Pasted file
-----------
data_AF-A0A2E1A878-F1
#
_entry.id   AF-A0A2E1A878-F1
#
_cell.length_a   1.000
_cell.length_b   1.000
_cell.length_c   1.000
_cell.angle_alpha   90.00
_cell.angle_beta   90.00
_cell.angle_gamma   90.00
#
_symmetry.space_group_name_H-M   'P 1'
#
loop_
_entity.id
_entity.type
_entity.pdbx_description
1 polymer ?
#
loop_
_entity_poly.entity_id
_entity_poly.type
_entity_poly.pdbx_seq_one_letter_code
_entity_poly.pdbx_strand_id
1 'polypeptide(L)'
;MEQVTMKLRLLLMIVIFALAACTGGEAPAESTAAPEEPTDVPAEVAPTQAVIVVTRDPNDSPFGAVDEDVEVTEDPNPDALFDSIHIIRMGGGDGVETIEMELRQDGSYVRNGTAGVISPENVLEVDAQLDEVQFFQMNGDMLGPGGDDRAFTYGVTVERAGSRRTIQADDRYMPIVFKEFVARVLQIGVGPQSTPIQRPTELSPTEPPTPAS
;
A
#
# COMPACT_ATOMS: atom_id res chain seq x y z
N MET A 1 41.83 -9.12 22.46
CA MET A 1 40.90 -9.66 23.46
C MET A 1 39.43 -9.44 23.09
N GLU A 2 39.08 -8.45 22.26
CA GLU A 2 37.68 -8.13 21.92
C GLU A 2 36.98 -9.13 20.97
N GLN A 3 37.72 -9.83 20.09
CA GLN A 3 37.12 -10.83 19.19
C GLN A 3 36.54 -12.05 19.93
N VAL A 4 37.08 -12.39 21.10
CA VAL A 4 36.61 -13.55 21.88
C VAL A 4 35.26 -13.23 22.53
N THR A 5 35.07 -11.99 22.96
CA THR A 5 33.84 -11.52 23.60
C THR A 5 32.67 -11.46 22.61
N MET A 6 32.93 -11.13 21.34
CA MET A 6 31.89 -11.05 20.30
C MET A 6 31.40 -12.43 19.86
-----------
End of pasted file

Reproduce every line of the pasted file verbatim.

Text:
data_AF-A0A2E1A878-F1
#
_entry.id   AF-A0A2E1A878-F1
#
_cell.length_a   1.000
_cell.length_b   1.000
_cell.length_c   1.000
_cell.angle_alpha   90.00
_cell.angle_beta   90.00
_cell.angle_gamma   90.00
#
_symmetry.space_group_name_H-M   'P 1'
#
loop_
_entity.id
_entity.type
_entity.pdbx_description
1 polymer ?
#
loop_
_entity_poly.entity_id
_entity_poly.type
_entity_poly.pdbx_seq_one_letter_code
_entity_poly.pdbx_strand_id
1 'polypeptide(L)'
;MEQVTMKLRLLLMIVIFALAACTGGEAPAESTAAPEEPTDVPAEVAPTQAVIVVTRDPNDSPFGAVDEDVEVTEDPNPDALFDSIHIIRMGGGDGVETIEMELRQDGSYVRNGTAGVISPENVLEVDAQLDEVQFFQMNGDMLGPGGDDRAFTYGVTVERAGSRRTIQADDRYMPIVFKEFVARVLQIGVGPQSTPIQRPTELSPTEPPTPAS
;
A
#
# COMPACT_ATOMS: atom_id res chain seq x y z
N MET A 1 41.83 -9.12 22.46
CA MET A 1 40.90 -9.66 23.46
C MET A 1 39.43 -9.44 23.09
N GLU A 2 39.08 -8.45 22.26
CA GLU A 2 37.68 -8.13 21.92
C GLU A 2 36.98 -9.13 20.97
N GLN A 3 37.72 -9.83 20.09
CA GLN A 3 37.12 -10.83 19.19
C GLN A 3 36.54 -12.05 19.93
N VAL A 4 37.08 -12.39 21.10
CA VAL A 4 36.61 -13.55 21.88
C VAL A 4 35.26 -13.23 22.53
N THR A 5 35.07 -11.99 22.96
CA THR A 5 33.84 -11.52 23.60
C THR A 5 32.67 -11.46 22.61
N MET A 6 32.93 -11.13 21.34
CA MET A 6 31.89 -11.05 20.30
C MET A 6 31.40 -12.43 19.86